I am going to do what *I* think is best, not what the government tells me. I believe they are plenty safe enough now and they were safe enough when they were younger too in a child seat facing FRONT.

YOU try driving in rush hour traffic with a child screaming in the back because he can’t see his mother.

Theresa Walsh Giarrusso

August 8th, 2012
11:29 am

jarvis — i didn’t find your comments in the spam cue — did they post?? did you post under different name???

jarvis

August 8th, 2012
11:37 am

Not completely filtered. I can see it but it has this message in italics, “Your comment is awaiting moderation.” I assume it isn’t visible to anyone else.

I guess your IT department wants to check out the link I posted?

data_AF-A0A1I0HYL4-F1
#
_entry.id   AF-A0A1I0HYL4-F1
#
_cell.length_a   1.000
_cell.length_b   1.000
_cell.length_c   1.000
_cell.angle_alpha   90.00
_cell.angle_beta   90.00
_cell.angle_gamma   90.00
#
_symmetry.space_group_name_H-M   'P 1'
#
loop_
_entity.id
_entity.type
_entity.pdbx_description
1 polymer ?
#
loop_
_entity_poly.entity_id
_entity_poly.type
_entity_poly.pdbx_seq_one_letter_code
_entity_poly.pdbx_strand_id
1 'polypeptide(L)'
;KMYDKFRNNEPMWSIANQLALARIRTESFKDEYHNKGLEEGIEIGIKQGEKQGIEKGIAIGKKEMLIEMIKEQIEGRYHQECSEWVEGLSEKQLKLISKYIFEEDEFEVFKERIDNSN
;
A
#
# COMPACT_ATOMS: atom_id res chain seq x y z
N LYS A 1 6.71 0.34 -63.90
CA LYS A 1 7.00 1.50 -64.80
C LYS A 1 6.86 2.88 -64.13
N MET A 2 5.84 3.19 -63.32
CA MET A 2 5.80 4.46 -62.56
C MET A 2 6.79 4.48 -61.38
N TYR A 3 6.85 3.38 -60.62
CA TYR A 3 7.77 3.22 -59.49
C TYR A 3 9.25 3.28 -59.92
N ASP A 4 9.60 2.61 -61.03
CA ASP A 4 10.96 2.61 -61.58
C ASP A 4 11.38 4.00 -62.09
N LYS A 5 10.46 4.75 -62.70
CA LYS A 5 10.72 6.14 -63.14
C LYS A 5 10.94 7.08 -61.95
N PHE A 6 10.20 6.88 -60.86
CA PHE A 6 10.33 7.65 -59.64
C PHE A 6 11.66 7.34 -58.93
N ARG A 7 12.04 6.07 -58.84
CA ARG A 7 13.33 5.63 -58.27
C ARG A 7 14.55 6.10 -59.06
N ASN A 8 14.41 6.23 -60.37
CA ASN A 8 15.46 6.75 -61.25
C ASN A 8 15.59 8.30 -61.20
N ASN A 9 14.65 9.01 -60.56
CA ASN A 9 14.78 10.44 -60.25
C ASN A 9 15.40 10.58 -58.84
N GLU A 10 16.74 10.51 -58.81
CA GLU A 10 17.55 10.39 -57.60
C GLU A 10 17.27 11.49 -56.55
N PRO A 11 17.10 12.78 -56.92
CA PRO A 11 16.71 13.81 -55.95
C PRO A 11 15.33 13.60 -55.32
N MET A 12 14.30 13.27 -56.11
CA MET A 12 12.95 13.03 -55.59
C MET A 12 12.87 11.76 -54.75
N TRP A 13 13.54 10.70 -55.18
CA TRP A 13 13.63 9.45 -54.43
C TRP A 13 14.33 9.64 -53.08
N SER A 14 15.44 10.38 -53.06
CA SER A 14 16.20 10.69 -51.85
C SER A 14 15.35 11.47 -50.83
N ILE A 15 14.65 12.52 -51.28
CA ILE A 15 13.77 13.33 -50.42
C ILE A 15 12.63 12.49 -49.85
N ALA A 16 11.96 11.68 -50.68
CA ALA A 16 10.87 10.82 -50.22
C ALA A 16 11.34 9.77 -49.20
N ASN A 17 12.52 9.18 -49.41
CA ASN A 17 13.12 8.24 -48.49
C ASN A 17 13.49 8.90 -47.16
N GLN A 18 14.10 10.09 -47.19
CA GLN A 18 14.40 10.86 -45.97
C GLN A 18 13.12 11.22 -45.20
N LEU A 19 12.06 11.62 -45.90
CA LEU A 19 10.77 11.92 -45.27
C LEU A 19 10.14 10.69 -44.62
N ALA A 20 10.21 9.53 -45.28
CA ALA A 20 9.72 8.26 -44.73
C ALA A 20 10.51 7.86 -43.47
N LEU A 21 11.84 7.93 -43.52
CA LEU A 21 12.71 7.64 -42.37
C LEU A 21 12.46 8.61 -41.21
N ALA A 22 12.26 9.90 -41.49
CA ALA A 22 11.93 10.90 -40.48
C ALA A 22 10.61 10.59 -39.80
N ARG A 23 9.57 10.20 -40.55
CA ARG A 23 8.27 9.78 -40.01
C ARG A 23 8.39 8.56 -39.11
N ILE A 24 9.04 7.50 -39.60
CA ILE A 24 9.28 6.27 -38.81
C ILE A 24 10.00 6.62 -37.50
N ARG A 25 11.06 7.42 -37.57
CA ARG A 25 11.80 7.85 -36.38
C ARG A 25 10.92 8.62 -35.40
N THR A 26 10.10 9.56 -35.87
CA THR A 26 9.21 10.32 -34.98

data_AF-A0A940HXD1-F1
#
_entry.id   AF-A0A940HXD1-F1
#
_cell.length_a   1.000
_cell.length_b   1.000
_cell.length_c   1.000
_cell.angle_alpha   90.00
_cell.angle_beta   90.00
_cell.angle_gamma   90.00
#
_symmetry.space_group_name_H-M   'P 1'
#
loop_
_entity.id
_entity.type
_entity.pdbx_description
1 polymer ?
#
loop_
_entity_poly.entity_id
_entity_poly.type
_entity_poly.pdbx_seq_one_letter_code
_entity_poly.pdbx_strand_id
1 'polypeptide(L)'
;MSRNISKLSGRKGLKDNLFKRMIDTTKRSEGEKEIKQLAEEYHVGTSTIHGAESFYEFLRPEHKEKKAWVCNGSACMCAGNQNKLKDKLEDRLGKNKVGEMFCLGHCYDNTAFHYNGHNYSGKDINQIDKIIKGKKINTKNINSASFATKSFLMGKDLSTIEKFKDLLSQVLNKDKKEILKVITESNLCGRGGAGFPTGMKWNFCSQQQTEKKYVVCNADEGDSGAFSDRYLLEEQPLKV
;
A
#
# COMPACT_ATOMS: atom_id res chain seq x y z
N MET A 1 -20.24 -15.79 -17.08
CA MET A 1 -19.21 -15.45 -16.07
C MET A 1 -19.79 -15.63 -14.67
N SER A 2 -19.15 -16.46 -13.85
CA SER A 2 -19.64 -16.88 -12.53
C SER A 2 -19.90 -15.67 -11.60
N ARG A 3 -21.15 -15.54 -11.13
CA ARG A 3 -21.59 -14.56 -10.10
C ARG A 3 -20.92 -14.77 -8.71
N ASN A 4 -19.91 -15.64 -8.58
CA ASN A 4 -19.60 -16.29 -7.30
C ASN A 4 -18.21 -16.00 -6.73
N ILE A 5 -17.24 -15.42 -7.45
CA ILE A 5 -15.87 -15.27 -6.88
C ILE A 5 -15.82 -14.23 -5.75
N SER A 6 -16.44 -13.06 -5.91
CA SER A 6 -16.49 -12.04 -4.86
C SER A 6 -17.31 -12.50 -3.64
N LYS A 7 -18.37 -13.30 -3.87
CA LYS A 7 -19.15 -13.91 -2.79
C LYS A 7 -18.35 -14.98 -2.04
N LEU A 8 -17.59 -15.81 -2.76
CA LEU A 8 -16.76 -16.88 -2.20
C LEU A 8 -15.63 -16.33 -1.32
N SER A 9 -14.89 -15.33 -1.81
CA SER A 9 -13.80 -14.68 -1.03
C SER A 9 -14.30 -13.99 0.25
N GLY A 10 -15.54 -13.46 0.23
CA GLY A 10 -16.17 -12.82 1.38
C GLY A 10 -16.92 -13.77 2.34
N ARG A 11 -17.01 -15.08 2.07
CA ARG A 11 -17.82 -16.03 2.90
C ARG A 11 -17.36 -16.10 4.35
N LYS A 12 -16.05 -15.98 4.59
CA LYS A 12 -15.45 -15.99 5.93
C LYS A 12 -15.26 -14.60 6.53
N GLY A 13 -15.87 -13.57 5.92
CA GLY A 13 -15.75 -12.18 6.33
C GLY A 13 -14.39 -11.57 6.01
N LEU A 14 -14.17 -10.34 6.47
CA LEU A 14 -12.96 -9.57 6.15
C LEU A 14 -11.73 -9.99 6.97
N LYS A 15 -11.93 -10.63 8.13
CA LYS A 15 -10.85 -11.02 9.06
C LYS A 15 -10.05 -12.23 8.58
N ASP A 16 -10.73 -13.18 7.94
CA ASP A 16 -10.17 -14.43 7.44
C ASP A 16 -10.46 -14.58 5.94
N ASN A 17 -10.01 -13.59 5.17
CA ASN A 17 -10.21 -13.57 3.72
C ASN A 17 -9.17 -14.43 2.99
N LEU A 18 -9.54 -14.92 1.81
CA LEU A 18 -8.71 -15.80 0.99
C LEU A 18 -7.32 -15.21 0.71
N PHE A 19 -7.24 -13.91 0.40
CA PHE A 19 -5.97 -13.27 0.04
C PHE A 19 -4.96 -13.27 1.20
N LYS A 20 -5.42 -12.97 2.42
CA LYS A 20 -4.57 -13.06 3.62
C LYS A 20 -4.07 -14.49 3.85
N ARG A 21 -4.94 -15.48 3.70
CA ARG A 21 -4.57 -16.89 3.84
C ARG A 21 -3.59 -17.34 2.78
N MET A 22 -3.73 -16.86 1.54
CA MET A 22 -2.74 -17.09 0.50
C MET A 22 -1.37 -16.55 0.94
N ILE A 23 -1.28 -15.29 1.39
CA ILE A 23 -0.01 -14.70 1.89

Theresa Walsh Giarrusso

August 8th, 2012
11:40 am

it was in moderation instead of spam so guess link threw it off –

Tonya C.

August 8th, 2012
12:01 pm

Jarvis:

1) I LOVE Freakonomics!

2) I had long suspected that. And the AAP to me is nothing more than a lobbying organization. I take what they offer with a long-handled spoon.

3) I hope the little guy is okay. That’s scary being it could have happened to any of my kids.

Techmom

August 8th, 2012
12:03 pm

Your poor kiddo Jarvis!

Do booster seats use the latch system? Latch had just come out when my son was about 5 and the booster seat we had just used the seat belt. I guess I assumed all car seats now days, whether infant, toddler or booster, latched to the seats.

By the way, the other thing we talked about was the fact that car seats have expiration dates on them now…. another way to force people to spend more money I suppose.

MomOf2Girls

August 8th, 2012
12:23 pm

@JOD – you’re so right!

I used to tease my daughter that with the booster seat rules, I was going to have to have her upholstered in white satin for her wedding.